When Naglis' proxy expired March 12, Justice Minister Valdis Birkavs of Latvia's Way said at a press conference that Makarovs had no legal right to remove Naglis from his office because Naglis' third work contract stated his term as general director of the LPA was indefinite.

Makarovs decision defended

"The director of the LPA is a government official and the term of office is for three years. Naglis needed the backing from Makarovs to stay in his position and another three-year proxy to continue as the director of the LPA," said Pozarnovs. "Makarovs did not nominate Naglis for another term, and the justice minister's viewpoint that a work contract is higher than a government contract is pure bull.

"It is logical that Makarovs did what he did, Naglis had to withdraw from his post March 13 and Makarovs worked properly within the law," Pazarnovs said.

Latvia's president, Vaira Vike-Freiberga, has said she was nonplussed by the actions of Skele, her spokeswoman, Aiva Rozenberga, said before Skele's resignation.

"The president feels very surprised about Skele's decision to depose Makarovs. She met with Skele on April 3, and he had not touched the topic of removing Makarovs from office," said Rozenberga. "Even when the For Fatherland and Freedom/LNNK party met on the same date, Skele attended and did not mention anything about his decision to remove Makarovs."

Concerning the stability of the Latvian government during the controversy, Vike-Freiberga said on television April 6 that if the motor does not work we need to fix the motor or buy a new one.

The comment is aimed at the unstable coalition parties running the government: center right Latvia's Way, right-wing People's Party and conservative For Fatherland and Freedom. Latvia's Way was waiting for an explanation of Skele's dismissal of the economics minister, ignoring the 24 hour period set by law before such action can be undertaken.

Latvia's Way deputy, Dzintars Kudums, said his party does not understand why Skele sacked Makarovs and was waiting to meet with Skele to receive a satisfactory explanation.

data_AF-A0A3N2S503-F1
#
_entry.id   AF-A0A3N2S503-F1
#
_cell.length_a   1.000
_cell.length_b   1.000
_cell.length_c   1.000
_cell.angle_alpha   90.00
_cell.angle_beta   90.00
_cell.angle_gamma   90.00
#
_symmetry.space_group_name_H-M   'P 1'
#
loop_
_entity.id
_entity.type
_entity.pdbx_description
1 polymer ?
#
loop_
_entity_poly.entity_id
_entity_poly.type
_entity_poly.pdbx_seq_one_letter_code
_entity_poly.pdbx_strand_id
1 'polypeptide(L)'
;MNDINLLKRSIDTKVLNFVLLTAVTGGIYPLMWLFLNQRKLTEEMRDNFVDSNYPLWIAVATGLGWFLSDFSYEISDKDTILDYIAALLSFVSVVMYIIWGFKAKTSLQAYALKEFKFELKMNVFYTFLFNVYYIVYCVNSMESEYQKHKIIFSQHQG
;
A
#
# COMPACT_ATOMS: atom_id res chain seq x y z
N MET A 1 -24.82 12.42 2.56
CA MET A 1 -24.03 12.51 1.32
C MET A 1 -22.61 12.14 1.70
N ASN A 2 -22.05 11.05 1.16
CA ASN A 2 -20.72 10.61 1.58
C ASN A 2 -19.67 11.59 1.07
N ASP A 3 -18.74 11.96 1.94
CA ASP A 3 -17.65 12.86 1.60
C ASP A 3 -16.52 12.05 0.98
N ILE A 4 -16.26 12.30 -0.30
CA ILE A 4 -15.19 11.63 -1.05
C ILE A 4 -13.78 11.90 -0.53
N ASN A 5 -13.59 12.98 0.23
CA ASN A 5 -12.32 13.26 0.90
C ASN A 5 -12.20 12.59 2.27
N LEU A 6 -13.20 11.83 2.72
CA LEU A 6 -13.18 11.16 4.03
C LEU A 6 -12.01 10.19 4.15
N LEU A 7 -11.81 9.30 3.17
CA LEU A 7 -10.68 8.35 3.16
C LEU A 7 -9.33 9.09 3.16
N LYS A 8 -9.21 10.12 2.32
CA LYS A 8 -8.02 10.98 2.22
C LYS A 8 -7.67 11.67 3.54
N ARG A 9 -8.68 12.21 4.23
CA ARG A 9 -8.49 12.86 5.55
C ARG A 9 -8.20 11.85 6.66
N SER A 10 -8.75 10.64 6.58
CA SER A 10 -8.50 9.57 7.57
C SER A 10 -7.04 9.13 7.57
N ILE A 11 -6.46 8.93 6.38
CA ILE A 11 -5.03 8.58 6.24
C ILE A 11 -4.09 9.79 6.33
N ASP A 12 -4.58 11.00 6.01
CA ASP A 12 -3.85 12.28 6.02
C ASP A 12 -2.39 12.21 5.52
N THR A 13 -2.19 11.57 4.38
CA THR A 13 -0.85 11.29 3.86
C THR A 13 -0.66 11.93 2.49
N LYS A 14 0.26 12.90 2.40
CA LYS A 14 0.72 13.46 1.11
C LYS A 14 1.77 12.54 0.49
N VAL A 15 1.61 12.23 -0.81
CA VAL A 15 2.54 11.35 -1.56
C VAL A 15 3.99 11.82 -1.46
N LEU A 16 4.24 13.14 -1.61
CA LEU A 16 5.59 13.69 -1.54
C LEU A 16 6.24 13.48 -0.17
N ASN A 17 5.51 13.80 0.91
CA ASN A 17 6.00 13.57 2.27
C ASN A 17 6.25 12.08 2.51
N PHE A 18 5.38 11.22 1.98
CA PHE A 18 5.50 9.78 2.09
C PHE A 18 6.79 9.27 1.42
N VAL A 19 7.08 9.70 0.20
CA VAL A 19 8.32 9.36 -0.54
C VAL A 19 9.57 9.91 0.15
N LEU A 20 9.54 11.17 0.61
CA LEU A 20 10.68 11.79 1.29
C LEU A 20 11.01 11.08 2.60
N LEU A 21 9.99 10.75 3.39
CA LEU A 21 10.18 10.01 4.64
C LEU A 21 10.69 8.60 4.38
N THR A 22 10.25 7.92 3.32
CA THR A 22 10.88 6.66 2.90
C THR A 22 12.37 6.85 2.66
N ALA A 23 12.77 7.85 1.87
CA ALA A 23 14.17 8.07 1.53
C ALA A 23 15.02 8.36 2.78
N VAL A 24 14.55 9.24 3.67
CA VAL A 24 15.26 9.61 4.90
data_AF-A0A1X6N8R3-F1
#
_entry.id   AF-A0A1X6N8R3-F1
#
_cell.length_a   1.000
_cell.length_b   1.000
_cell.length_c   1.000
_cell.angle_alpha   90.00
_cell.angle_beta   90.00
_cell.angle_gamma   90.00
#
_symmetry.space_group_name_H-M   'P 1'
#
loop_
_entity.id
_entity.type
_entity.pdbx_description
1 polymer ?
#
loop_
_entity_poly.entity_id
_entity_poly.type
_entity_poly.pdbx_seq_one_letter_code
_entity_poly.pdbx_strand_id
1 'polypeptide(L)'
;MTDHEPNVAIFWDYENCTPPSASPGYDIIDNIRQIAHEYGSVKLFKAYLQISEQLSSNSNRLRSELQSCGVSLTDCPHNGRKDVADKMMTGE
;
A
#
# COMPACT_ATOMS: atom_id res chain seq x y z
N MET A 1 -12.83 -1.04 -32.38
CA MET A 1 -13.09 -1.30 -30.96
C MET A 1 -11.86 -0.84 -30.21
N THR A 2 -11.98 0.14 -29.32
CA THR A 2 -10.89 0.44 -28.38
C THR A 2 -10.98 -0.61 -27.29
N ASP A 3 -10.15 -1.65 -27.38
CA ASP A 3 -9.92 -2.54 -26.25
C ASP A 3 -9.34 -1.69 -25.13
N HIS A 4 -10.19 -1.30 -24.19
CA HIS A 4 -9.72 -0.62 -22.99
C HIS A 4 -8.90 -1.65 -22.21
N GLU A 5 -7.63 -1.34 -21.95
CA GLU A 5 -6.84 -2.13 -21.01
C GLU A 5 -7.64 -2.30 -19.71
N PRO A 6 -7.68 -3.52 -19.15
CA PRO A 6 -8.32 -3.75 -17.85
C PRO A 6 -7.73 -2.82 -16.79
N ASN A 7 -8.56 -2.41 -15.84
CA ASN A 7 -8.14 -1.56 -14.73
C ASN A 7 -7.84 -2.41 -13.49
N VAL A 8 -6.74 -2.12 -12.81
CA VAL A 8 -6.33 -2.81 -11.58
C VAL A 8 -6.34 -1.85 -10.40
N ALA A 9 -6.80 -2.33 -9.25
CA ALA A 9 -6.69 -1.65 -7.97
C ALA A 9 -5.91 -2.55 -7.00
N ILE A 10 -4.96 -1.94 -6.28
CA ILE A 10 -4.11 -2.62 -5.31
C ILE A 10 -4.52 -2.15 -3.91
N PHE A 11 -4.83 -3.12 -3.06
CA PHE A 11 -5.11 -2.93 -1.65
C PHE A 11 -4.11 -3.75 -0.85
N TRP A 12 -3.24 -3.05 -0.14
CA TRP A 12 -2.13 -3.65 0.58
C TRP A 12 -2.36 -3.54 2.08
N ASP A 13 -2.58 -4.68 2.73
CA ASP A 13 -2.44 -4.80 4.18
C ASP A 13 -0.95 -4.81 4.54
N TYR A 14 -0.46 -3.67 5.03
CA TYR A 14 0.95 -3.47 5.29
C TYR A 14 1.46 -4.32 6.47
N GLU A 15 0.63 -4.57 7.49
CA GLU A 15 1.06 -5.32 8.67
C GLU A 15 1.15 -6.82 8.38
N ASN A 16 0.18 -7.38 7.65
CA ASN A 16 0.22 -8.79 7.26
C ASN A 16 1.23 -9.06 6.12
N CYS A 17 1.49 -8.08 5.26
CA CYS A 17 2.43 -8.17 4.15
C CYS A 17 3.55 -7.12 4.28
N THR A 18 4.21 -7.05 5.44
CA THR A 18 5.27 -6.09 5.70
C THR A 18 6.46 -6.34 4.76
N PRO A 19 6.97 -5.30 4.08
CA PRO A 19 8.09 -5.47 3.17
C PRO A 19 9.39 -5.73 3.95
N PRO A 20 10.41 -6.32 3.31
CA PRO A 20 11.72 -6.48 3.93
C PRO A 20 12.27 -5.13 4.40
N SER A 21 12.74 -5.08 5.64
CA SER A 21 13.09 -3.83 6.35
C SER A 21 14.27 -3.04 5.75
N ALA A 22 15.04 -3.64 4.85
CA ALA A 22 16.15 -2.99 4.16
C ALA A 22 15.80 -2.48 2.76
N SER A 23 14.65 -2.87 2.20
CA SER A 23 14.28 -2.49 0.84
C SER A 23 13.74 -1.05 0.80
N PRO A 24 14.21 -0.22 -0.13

"Our party has sent a letter to the prime minister asking his motivation for sacking Makarovs," said Kudums April 7. "The government can not work in a haze. We have to take the peoples interests into account before such hasty decisions are made."

The prime minister met with Latvia's Way on April 10 to explain his motives for sacking Makarovs. Skele's party, the Peoples Party, is backing Skele. Their deputy, Maris Sprindzuks, said that Makarovs has over-stepped the law and worked against the coalition parties' backs.

Not a team player

"Makarovs has often publicly criticized Skele to the press and has shown the perception of not being a team player," said Sprindzuks. "Makarovs has worked without consulting the government on his decisions and often does not inform ministers of his future plans.

This sort of minister has no place in a government with his repeated lack of cooperation," Sprindzuks said.

Janis Jurkans, the chairman of the party For People's Rights in a United Latvia, said before Skele's leaving that For Fatherland and Freedom/LNNK is not a solid partner in the coalition.

"The whole party should be thrown out, not just Makarovs. They are not a team player as shown when Kristopans was thrown out of office," said Jurkans. "It is politically incorrect to make waves as Makarovs has done, and Skele has done too little by just removing Makarovs."

Some of Parliament's parties see in the Makarovs flap the demise of the present government because of the coalition's instability.